How to Fish Bait for Stocked Trout Bait fishing is often the most productive way to fish for stocked trout. Not only does it to catch a lot of fish, but it’s great for anglers who just love to just sit on the bank with the family or a few buddies and wait for a strike. That’s a treasured tradition for many Americans.
While everyone has their favorite trout bait for hatchery trout—from canned corn to dry dog food—the best baits are ones that appeal to both a trout’s senses of sight and smell. You also want a bait that doesn’t simply sit on the bottom. Stocked trout don’t want to seek out their food, and they likely don’t know how to do it anyway. They want convenience. So, anglers should use a bait that’s suspended just off the bottom. You can do that with a bobber, but any amount of wind can make that type of fishing difficult. Perhaps a better way is with a sinker, leader, and a floating bait just above the bottom, right in a passing trout’s face. The best baits for this are Berkley PowerBait and inflated earthworms, but many others work too, including: maggots, meal worms, blood worms, hellgrammites, minnows (live, dead, or chunked), corn, cheese, bio-plastics, and many more. It can be helpful to bring more than one type of bait and try different ones if you’re not catching fish.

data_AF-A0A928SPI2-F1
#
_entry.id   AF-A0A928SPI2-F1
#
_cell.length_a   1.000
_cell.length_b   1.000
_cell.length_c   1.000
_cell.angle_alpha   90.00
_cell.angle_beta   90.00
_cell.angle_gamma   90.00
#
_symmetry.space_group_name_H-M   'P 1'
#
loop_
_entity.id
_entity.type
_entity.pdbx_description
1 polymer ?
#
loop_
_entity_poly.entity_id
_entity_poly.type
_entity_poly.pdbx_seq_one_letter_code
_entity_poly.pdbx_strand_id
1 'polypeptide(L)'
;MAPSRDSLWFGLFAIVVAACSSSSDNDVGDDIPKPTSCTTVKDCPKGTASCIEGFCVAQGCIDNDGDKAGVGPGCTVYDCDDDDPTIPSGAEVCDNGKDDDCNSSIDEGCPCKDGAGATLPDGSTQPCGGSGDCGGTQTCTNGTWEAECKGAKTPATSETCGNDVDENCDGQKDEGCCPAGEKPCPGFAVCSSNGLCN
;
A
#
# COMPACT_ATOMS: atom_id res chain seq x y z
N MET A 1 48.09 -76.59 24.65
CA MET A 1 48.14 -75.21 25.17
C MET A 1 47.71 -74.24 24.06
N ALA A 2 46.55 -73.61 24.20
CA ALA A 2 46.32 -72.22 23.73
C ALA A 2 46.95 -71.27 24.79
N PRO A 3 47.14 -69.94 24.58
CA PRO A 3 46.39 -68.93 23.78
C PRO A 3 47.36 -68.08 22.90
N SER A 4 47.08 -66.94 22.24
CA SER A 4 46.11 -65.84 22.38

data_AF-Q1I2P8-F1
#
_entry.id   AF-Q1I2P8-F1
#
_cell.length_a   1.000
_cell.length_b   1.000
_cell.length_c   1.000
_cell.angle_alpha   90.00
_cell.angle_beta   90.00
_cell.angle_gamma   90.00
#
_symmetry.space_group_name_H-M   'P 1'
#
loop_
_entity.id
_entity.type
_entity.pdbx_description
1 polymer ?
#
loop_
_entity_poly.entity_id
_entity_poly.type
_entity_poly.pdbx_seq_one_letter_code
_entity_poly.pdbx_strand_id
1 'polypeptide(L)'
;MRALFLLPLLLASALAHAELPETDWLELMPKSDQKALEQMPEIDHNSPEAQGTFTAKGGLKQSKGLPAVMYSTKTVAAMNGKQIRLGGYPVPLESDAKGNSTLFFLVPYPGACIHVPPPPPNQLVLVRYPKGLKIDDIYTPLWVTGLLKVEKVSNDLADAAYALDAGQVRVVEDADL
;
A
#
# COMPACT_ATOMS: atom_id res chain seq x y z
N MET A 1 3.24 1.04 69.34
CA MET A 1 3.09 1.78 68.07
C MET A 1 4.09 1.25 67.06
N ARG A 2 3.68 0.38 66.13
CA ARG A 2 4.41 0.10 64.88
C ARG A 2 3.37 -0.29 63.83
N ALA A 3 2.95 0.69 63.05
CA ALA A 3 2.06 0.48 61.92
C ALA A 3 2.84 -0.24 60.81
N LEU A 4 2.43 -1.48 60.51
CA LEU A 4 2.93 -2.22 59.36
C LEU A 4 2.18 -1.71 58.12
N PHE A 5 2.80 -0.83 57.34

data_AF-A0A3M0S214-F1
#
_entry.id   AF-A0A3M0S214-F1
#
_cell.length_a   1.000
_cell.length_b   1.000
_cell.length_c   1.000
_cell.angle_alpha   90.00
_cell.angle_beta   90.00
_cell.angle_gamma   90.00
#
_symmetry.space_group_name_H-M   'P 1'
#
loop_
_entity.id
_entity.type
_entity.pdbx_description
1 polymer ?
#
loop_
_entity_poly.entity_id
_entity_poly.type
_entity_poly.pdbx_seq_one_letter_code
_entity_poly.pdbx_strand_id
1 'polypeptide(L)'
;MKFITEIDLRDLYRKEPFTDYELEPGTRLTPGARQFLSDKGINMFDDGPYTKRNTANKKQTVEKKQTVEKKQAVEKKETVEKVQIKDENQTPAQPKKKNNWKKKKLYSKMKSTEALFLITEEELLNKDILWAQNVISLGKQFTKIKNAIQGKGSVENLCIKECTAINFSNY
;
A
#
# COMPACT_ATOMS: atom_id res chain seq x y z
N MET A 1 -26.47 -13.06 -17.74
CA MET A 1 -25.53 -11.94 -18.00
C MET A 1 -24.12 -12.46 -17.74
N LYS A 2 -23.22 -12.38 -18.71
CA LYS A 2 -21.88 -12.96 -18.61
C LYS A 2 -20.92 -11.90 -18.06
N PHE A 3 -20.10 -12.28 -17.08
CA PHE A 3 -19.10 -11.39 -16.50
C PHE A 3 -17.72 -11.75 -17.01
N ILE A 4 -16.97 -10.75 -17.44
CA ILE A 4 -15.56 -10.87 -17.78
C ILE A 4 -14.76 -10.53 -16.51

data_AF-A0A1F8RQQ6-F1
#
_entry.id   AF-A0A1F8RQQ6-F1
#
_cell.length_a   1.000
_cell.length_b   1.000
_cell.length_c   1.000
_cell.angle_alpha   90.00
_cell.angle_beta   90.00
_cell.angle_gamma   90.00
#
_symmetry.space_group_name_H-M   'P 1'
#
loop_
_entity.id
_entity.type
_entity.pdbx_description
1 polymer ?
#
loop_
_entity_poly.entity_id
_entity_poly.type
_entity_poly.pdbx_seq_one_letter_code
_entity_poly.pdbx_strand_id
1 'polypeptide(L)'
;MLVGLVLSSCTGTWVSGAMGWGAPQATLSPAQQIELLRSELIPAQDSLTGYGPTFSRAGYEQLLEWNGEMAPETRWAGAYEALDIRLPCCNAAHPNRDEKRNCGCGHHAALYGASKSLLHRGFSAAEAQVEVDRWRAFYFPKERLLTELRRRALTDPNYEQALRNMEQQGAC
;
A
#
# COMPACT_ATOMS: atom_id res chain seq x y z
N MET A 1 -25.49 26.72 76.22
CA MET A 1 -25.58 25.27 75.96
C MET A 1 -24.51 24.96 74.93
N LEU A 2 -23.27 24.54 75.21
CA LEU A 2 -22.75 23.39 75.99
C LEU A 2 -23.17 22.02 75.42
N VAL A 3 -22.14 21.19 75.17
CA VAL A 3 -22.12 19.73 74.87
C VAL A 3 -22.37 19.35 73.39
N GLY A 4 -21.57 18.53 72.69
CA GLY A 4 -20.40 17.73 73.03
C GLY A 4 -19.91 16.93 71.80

The most simple and effective method for fishing with bait is to tie your mainline to a barrel swivel with an improved clinch knot and pinch on two BB-size split shot above the swivel. Then, tie 12 to 18 inches of 6- or 8-pound monofilament to the other end of the swivel. Use the same knot to attach a single-point or treble hook in sizes 8 or 10 to the terminal end of your rig. It’s very simple to add a bobber above this rig to suspend it over weedy bottoms or snags.